Upon regaining consciousness, he entered the elevator and went upstairs to safety, where his then-friends Biggie, Puffy, Little Caesar, and others were waiting. Shakur described his friends as acting very strangely, almost surprised at his being alive. His first words after realizing how severe his wounds were, having been shot in the head and the scrotum, were “Oh, shit. Roll me some weed. Call my mom and tell her I’ve been shot.” He was also very surprised that none of his other friends, who were also wearing jewelry weren’t robbed. He survived, and left the hospital a day after, against doctor’s orders because he was feeling harassed by phone calls and the doctors. He showed up in court just few days afterwards in a wheelchair to face his verdict in the sexual assault case.
The upcoming month of Mar Heshvan is the only month of the Hebrew calendar that
does not feature even a minor observance – not even a fast
Especially given the fact that this month comes right after the action-packed month of Tishrei – which is host to the High Holy Days and Succot, with its high-profile, action-oriented mitzvot – this month of Mar Heshvan seems particularly drab and colorless... a fitting introduction to winter.
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After the rush of adrenalin we experience in Tishrei that manifests itself in every aspect of our prayers and spiritual pursuits, is this month not something of an anticlimax? Indeed, as the month of Heshvan enters, the concept of disappointment seems to transcend our personal idiom and take on a universal theme, running parallel to our own lives, through the Torah portions that begin the month. In the Torah portion of Bereshit, we are told God was pleased with the world. Upon completing His creation, He looked and beheld that it was very good. Yet by the time we reach the end of the portion – and a mere 10 generations have passed from Adam to Noah – God was so disappointed with His creation He regretted having made man, and decided to destroy all life with the exception of the righteous Noah and those with him in the ark. And don’t forget that it was on the 17th day of this very month of Mar Heshvan that the flood began.
But a fascinating mystical tradition relates that although on the surface Heshvan doesn’t have much to offer, in truth, the best is yet to come: “The Tabernacle of the desert was completed by Moses in the month of Kislev, however the Holy One, blessed be He, commanded him to wait until the following Nisan to inaugurate it. The month of Kislev was embarrassed, and so God rewarded her with the rededication of the Second Temple, during the era of Hanukka.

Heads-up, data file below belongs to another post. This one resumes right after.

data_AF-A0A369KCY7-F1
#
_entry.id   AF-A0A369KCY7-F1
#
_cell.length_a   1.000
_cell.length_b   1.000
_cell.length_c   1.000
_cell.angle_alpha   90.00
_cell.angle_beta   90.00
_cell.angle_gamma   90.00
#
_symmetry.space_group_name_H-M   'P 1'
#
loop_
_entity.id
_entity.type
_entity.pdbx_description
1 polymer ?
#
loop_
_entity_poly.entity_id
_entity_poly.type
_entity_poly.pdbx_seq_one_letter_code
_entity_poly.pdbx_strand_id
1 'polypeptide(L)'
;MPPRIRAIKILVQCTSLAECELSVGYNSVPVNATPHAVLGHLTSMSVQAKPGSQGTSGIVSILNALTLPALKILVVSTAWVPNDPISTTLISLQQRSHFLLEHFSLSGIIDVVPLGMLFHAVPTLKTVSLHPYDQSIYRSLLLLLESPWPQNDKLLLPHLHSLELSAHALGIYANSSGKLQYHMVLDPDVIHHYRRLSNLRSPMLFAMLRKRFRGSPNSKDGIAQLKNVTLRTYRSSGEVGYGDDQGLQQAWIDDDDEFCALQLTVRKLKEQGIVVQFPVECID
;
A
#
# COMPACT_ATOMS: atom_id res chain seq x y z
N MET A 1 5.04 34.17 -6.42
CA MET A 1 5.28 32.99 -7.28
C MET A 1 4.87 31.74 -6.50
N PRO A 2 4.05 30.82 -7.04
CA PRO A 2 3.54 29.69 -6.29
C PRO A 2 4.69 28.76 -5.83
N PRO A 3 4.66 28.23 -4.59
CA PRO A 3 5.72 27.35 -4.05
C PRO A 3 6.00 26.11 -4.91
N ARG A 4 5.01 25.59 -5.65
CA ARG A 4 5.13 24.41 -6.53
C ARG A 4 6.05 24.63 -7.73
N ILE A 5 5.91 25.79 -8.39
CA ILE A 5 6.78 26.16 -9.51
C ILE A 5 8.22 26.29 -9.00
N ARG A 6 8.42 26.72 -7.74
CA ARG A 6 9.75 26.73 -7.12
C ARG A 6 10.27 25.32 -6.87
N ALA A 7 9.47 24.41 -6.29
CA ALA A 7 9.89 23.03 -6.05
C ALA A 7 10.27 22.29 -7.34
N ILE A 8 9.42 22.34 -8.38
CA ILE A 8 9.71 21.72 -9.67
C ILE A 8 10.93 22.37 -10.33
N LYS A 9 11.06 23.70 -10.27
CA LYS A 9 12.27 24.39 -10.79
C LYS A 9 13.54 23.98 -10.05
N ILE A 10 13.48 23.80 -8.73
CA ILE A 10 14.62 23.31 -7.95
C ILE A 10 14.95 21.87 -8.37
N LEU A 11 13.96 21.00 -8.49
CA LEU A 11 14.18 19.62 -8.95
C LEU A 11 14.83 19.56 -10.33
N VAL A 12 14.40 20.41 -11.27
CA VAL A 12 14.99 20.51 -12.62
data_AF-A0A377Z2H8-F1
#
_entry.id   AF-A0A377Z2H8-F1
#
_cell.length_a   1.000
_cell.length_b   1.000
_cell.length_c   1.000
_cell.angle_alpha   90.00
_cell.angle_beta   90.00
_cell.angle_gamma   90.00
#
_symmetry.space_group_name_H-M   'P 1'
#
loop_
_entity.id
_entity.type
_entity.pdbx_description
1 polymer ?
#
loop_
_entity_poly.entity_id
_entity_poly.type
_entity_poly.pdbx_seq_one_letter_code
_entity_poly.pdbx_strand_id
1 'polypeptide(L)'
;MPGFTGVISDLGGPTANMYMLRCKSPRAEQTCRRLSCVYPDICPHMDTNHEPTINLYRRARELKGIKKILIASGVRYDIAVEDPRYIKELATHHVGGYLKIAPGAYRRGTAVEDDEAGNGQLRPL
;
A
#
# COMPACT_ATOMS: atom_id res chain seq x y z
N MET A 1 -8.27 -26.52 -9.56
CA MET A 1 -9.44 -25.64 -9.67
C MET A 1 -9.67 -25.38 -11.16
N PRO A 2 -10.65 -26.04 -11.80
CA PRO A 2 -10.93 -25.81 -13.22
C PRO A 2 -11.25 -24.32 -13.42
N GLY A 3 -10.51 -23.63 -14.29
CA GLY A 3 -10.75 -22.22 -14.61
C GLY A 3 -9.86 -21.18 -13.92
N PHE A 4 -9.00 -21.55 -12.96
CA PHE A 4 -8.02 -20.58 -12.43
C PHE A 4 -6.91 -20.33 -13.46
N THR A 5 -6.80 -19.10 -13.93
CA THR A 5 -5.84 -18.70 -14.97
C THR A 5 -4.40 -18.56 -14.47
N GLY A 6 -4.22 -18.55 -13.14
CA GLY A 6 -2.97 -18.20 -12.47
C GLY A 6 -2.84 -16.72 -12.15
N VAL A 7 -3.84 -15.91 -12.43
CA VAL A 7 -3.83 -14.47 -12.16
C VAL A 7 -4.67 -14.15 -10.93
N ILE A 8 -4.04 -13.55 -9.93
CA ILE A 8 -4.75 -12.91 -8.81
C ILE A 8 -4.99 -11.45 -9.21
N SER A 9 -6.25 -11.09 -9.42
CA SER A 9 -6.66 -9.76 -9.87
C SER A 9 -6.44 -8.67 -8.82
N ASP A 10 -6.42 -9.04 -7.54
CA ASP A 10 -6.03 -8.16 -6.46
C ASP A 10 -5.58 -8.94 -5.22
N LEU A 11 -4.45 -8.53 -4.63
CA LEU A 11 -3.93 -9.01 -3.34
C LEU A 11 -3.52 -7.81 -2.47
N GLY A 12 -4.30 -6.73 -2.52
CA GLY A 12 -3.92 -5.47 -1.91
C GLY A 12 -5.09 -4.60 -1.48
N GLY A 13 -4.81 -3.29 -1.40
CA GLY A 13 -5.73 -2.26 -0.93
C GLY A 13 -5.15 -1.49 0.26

“The First Temple, built by King Solomon, was completed during the month of Mar Heshvan [the month known as ‘Bul’; see I Kings 6:38], however, through Divine inspiration, King Solomon knew that he was not to dedicate it until the following Tishrei. So, the month of Mar Heshvan was embarrassed... and God promised to repay it in the future, with the dedication ceremony of the Third Temple.”
(Midrash Yalkut Melachim 184 as cited in Bnei Yissaschar) HOW SHOULD a tradition such as this be understood? Is it merely an anecdote, a whimsical tale of a “month being embarrassed,” devoid of any significance in our real world? What would it take to make a dream like this – the dream of the dedication of the Third Temple – come true? If there is one thing we know about the Jewish people, it’s that our dreams always come true. But it is the people of Israel themselves who make these dreams happen.
A constant recurring theme in the Torah is that everything is up to us. This is exactly why the Sea of Reeds did not split until one man – Nachshon, the son of Aminadav, prince of the tribe of Judah – walked out into the water until the sea came up to his nostrils, and he could walk no further. God made a miracle, to be sure... but only after one man showed Israel that nothing will happen until we do all that we can possibly do ourselves... and not a drop less.
There is a spiritual revolution taking place in Israel. This past Succot bore witness to a great outpouring of Jewish love, dedication and devotion to the Temple Mount, as seen by the huge crowds, hailing from all over the land as well as from abroad, who withstood waiting on lines in the blistering sun for hours, and indignation at the hands of the police, all for the chance of even a brief opportunity to ascend the mountain.
Those who succeeded felt the life-changing effect of being in this unique place, “seen by God” in the holiest place on earth, and of being part of the unfolding destiny of the nation of Israel and the redemption of all humanity – especially on the festival of Succot, whose observance in the Holy Temple effects a rectification for all mankind. Those who ascended could not wait to return and vowed to come back again and again... and those who waited long hours only to be turned away were only strengthened in their resolve to return to visit the Temple Mount as often as possible.
This is how the Third Temple will be rebuilt. When we see how the nation of Israel, with its collective, intuitive wisdom and pure faith, is peacefully changing the facts on the ground, we can understand how, after such a Tishrei, Mar Heshvan is anything but drab... it is laden with promise and potential, because the best is yet to come.
We can understand how the Jewish people will see to it that Hashem will keep His promise to the month of Heshvan, with the dedication of the new Holy Temple, which will bring about the resting of the Divine Presence and the ultimate healing of all mankind. This is the plain and simple meaning of this enigmatic Midrashic teaching: If we will it, it will be.
The writer, a rabbi, is the director of the international department of the Temple Institute in Jerusalem.
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